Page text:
A Southern Movie Bonus: The “Welcome to Eclectic” Southern Documentary Sampler

Though many Americans encounter images and stories from modern Southern life through mainstream national news outlets, documentaries offer fuller and nuanced portraits and discussions of specific issues and people in Southern culture, offering viewers are more complex and thorough perspective on art, LGBTQ life, humor, food and farming, HIV, or rural schools. Below is a selected listing of documentaries from the last fifteen years, each of which explores an aspect of the modern South that some people might not have considered.

Fertile Ground (2020)


This new half-hour documentary, which aired on PBS on June 10, “takes a look at the extensive impact that industrial food systems currently have on Americans. The film follows advocates in Jackson, Mississippi who are using localized efforts to address food insecurity in under-served communities, shining a light on the potential for a healthier future through efforts to convert to communal, localized food systems.”

Hale County This Morning, This Evening (2018)

Released to great acclaim a few years ago, the series of vignettes from everyday life is “composed of intimate and unencumbered moments of people in a community in Alabama’s Black Belt, [the film] offers an emotive impression of the Historic South.”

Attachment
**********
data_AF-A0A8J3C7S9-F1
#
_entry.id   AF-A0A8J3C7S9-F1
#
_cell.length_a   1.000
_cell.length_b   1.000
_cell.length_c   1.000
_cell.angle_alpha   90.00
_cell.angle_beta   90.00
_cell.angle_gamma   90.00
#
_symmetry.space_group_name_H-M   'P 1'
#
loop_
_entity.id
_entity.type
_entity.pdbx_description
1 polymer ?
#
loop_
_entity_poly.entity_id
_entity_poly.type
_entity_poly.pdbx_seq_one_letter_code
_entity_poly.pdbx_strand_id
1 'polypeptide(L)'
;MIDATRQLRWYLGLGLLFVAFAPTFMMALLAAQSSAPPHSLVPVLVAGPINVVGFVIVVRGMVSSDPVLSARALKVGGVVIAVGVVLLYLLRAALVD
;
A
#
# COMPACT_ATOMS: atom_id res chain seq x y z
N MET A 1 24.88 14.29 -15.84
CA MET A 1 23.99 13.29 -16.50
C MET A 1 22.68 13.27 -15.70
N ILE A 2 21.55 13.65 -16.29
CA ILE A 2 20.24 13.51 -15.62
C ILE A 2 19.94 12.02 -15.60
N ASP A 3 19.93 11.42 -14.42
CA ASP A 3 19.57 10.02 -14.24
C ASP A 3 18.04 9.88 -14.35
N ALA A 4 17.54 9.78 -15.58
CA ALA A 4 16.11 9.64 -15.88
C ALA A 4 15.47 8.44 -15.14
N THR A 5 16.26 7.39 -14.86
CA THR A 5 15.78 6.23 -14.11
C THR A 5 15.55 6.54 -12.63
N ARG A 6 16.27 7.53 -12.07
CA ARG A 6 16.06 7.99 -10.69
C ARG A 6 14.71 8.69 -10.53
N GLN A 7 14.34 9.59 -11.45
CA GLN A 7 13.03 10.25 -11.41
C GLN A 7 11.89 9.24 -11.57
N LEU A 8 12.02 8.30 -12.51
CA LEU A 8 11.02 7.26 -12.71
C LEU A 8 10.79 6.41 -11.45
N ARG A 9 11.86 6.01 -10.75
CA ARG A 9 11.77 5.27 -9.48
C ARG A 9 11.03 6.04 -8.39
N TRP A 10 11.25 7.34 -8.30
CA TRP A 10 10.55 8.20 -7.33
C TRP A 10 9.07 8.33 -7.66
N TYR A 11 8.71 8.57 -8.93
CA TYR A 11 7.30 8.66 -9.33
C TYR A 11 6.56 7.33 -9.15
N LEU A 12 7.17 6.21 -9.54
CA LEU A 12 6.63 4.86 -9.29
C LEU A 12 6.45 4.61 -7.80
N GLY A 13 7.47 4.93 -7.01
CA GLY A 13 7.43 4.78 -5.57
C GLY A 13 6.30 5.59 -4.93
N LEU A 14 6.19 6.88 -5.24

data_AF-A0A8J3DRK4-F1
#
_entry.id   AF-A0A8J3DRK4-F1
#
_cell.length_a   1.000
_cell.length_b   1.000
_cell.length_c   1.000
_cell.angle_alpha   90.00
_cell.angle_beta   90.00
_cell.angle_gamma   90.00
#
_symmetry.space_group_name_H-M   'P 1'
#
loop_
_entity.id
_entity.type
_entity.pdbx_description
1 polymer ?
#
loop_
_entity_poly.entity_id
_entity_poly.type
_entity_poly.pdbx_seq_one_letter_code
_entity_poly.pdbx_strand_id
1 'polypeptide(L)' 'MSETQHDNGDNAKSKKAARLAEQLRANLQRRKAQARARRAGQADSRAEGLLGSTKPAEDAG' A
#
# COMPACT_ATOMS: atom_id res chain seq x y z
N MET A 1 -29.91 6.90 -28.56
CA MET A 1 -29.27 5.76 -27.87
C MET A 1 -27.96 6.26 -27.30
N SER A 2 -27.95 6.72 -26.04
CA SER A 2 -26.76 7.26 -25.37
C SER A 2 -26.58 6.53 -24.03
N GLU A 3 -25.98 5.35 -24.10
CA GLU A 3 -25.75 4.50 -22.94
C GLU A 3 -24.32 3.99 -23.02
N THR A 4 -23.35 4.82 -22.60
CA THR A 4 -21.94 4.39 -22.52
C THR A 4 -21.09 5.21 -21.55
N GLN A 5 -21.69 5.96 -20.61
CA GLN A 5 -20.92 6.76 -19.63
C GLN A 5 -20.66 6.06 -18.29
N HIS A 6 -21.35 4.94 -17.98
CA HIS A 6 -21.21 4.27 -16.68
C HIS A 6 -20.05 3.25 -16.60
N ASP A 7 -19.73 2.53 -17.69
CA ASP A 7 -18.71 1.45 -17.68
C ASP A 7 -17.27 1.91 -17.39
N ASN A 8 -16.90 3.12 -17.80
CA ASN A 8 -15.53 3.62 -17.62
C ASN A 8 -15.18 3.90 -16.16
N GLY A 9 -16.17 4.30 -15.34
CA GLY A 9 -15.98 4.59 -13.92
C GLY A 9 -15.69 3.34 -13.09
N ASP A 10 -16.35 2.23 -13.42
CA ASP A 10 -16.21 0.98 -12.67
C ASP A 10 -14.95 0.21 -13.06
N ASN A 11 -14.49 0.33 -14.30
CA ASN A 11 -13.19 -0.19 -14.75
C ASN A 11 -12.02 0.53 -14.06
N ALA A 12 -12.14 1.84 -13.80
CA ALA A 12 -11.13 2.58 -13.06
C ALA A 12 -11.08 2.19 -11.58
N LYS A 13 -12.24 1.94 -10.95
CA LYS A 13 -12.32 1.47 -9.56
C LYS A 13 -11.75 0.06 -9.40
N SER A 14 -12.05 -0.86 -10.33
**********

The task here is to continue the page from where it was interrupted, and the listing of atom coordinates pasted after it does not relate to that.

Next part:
Beauty is Embarrassing (2012)

“Part biography, part live performance, [the film] tells the story of this one-of-a-kind visual artist and raconteur” Wayne White, who is from Chattanooga, Tennessee and north Alabama]. White worked on the show “Pee-wee’s Playhouse” and on music videos for Smashing Pumpkins and Peter Gabriel.

deepsouth (2012)

“Beneath layers of history, poverty and now soaring HIV infections, four Americans redefine traditional Southern values to create their own solutions to survive.”

Eating Alabama (2012)

In search of a simpler life, a young couple [filmmaker and now podcaster Andrew Beck Grace and his wife] returns home to Alabama where they set out to eat the way their grandparents did— locally and seasonally.”

Mississippi: I Am (2012)

[The film] “examines the relatively new battle on the part of primarily young LGBT people to bring gay civil rights and visibility out in the open and beyond division.

Prom Night in Mississippi (2009)

“In 1997, Academy Award winning actor, Morgan Freeman, who lives in the Charleston, Mississippi community, offered to fund the first-ever integrated Senior Prom in the history of Charleston’s one high school. His offer was ignored. In 2008, Morgan offered again . . . the East Tallahatchie County School Board accepted.”

Mississippi Chicken (2007)

The film is a visually compelling exposé of the hardships and tragedies of undocumented Latin American immigrants in a rural Mississippi poultry town.” 

What Remains (2006)

The film “returns to follow the creation of Mann’s new seminal work: a photo series revolving around various aspects of death and decay. [ . . . ] Shown at home on her family farm in Virginia, she is surrounded by her husband and now-grown children, and her willingness to reveal her artistic process as it unfolds allows the viewer to gain exclusive entrance to her world.”

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